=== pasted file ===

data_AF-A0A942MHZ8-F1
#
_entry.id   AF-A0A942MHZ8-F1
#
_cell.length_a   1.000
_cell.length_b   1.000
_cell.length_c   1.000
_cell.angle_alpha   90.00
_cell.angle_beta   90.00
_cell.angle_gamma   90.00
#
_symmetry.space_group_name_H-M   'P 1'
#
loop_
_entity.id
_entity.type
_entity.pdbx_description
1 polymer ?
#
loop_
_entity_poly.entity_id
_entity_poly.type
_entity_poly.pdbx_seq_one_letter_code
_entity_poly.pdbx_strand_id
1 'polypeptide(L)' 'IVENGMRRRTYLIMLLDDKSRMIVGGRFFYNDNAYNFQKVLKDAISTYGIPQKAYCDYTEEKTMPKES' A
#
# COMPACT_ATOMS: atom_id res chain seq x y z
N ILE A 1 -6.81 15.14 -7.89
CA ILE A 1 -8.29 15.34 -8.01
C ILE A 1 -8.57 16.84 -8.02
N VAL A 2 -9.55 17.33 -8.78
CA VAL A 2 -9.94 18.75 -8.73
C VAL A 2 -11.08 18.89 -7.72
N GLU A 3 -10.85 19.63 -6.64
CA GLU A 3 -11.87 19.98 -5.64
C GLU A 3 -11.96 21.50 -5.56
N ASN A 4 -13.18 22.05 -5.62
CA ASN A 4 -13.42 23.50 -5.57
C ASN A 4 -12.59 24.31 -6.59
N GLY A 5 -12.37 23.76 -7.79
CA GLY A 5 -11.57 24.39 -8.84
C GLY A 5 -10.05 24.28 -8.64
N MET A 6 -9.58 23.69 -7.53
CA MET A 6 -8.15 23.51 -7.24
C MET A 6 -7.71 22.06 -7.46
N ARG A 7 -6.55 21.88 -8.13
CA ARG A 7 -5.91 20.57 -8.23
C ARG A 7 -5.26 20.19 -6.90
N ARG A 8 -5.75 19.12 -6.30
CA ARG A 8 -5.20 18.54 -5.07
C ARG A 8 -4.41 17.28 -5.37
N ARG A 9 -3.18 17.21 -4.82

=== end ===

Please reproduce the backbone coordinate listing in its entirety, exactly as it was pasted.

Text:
data_AF-A0A942MHZ8-F1
#
_entry.id   AF-A0A942MHZ8-F1
#
_cell.length_a   1.000
_cell.length_b   1.000
_cell.length_c   1.000
_cell.angle_alpha   90.00
_cell.angle_beta   90.00
_cell.angle_gamma   90.00
#
_symmetry.space_group_name_H-M   'P 1'
#
loop_
_entity.id
_entity.type
_entity.pdbx_description
1 polymer ?
#
loop_
_entity_poly.entity_id
_entity_poly.type
_entity_poly.pdbx_seq_one_letter_code
_entity_poly.pdbx_strand_id
1 'polypeptide(L)' 'IVENGMRRRTYLIMLLDDKSRMIVGGRFFYNDNAYNFQKVLKDAISTYGIPQKAYCDYTEEKTMPKES' A
#
# COMPACT_ATOMS: atom_id res chain seq x y z
N ILE A 1 -6.81 15.14 -7.89
CA ILE A 1 -8.29 15.34 -8.01
C ILE A 1 -8.57 16.84 -8.02
N VAL A 2 -9.55 17.33 -8.78
CA VAL A 2 -9.94 18.75 -8.73
C VAL A 2 -11.08 18.89 -7.72
N GLU A 3 -10.85 19.63 -6.64
CA GLU A 3 -11.87 19.98 -5.64
C GLU A 3 -11.96 21.50 -5.56
N ASN A 4 -13.18 22.05 -5.62
CA ASN A 4 -13.42 23.50 -5.57
C ASN A 4 -12.59 24.31 -6.59
N GLY A 5 -12.37 23.76 -7.79
CA GLY A 5 -11.57 24.39 -8.84
C GLY A 5 -10.05 24.28 -8.64
N MET A 6 -9.58 23.69 -7.53
CA MET A 6 -8.15 23.51 -7.24
C MET A 6 -7.71 22.06 -7.46
N ARG A 7 -6.55 21.88 -8.13
CA ARG A 7 -5.91 20.57 -8.23
C ARG A 7 -5.26 20.19 -6.90
N ARG A 8 -5.75 19.12 -6.30
CA ARG A 8 -5.20 18.54 -5.07
C ARG A 8 -4.41 17.28 -5.37
N ARG A 9 -3.18 17.21 -4.82